Credit Family photo

The Dearborn Heights homeowner who shot an unarmed teenager on his front porch has been bound over for trial.

Theodore Wafer will face trial for second-degree murder, manslaughter, and a felony firearms charge in 19-year-old Renisha McBride’s death.

Dearborn Heights judge David Turfe ruled Thursday the case can proceed after nearly two days of expert and witness testimony.

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Law
2:17 pm
Wed December 18, 2013

Federal court lifts injunction blocking Lansing casino project

Artist conception of the proposed Kewadin Lansing casino
Sault Ste Marie Tribe of Chippewa Indians

A federal appeals court has lifted an injunction that was standing in the way of a casino in downtown Lansing.

The Sault Ste Marie Tribe of Chippewa Indians wants to build a casino next to Lansing’s convention center.

Michigan’s Attorney General asked for and got a federal court to prevent the tribe from moving ahead with its plans. The attorney general says the tribe’s casino would violate agreements between the state and Michigan’s Native American tribes.

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Law
12:33 pm
Wed December 18, 2013

Man who shot Renisha McBride will find out if trial is next

Last month (November 15), Wayne County Prosecutor Kym Worthy announced her office would charge 54-year-old Theodore Wafer with second degree murder in the death of 19-year-old Renisha McBride.

Wafer shot McBride in the face while she stood on his front porch in the early morning hours of November 2.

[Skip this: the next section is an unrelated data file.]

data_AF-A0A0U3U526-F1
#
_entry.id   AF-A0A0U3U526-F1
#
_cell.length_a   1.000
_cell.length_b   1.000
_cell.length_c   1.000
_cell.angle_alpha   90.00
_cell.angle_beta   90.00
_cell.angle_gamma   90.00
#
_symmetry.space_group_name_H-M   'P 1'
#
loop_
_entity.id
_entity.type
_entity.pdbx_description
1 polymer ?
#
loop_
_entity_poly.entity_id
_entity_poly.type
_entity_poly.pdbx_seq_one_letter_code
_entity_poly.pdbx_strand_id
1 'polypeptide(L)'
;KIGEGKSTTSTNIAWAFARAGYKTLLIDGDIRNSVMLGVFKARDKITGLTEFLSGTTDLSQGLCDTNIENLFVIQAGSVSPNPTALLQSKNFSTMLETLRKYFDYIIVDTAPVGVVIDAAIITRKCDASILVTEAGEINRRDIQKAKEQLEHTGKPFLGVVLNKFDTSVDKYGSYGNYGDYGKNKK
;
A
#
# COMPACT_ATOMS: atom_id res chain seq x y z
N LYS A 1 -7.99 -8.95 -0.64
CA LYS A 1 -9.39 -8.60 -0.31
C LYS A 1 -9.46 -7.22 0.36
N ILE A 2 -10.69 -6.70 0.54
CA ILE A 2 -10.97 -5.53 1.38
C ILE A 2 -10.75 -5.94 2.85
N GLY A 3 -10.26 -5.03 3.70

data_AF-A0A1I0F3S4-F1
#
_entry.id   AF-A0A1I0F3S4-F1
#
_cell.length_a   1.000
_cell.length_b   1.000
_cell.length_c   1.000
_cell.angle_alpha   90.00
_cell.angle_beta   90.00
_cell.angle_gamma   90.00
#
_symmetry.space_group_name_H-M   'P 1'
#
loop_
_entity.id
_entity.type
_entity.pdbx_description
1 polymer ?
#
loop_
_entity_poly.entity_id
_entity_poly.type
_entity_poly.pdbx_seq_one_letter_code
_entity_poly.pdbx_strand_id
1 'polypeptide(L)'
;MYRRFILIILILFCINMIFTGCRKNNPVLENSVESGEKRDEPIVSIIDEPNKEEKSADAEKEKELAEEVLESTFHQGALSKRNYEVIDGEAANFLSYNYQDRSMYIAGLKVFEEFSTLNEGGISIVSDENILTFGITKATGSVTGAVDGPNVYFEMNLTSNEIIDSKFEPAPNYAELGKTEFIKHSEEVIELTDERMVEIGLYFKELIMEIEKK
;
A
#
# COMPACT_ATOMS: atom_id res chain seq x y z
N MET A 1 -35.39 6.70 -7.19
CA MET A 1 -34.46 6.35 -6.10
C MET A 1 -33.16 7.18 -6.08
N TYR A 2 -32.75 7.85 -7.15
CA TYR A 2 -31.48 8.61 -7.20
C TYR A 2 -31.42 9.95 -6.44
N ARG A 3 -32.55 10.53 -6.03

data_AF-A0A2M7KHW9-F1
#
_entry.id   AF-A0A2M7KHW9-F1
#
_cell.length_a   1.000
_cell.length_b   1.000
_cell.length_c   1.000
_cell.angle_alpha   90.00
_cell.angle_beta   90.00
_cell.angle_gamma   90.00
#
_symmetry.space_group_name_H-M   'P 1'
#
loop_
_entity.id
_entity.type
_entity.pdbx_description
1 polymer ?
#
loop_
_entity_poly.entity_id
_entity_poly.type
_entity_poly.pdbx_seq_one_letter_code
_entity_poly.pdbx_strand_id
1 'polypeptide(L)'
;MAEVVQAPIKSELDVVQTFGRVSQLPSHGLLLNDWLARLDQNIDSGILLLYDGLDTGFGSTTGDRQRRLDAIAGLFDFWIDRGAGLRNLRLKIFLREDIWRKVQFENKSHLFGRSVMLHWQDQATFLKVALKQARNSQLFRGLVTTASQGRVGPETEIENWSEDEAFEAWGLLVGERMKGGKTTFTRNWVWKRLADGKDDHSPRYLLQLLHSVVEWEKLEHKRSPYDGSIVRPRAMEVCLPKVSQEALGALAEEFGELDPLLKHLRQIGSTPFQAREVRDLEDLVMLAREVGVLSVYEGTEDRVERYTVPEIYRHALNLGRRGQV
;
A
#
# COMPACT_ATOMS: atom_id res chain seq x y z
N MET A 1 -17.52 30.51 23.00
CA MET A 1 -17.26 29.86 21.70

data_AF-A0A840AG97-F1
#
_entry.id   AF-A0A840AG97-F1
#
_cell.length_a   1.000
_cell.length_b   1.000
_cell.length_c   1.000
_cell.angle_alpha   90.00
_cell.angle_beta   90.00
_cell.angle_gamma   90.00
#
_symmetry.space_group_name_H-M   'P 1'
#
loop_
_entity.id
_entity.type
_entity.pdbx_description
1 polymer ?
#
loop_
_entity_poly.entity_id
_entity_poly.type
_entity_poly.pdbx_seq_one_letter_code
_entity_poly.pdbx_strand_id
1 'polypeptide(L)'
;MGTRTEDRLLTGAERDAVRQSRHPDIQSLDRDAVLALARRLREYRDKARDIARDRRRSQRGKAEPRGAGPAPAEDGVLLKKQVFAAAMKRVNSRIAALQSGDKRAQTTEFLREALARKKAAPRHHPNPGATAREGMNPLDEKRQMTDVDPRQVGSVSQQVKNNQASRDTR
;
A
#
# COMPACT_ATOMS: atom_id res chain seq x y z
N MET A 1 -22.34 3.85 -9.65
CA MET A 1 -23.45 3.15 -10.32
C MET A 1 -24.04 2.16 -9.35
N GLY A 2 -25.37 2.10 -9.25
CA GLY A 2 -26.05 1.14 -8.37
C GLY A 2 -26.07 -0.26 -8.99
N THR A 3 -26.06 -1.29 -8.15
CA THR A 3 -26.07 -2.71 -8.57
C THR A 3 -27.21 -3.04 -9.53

Today, there's a preliminary hearing in a Wayne County district court to determine whether there's enough evidence against Wafer for a trial. Judge David Turfe could make his determination at the end of today's hearing.

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Law
2:56 pm
Mon December 16, 2013

Judge rules that his Detroit bankruptcy finding can be directly appealed

John Meiu Detroit Legal News Publishing LLC

The judge in Detroit’s bankruptcy case says creditors can appeal his recent eligibility ruling directly to a higher federal court.

Judge Steven Rhodes ruled earlier this month that Detroit is eligible to proceed with its historic bankruptcy case.

He also ruled that city pensions can be cut in federal bankruptcy court — despite a public pension guarantee in Michigan’s state constitution.

City unions, pension funds and retiree groups immediately said they intended to appeal both decisions.

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Law
11:45 am
Fri December 13, 2013

Michigan moms to lead vigils against gun violence

Bells will ring and the names of victims of gun violence will be read at a series of vigils across the state on Saturday which mark the first anniversary of the school shootings in Newtown, Connecticut.
Credit Photo courtesy of Moms Demand Action for Gun Sense in America.

On the first anniversary of the Newtown, Conn., school shootings, Michigan mothers will join moms from 34 other states in commemorating the lives lost to gun violence, and to encourage others to speak out.

It's been one year since 20-year-old Adam Lanza fatally shot 20 children and six adults at Sandy Hook Elementary School before taking his own life.

Linda Brundage leads the Michigan chapter of Moms Demand Action for Gun Sense and says despite some new security measures at schools, not enough has been done to prevent a similar tragedy.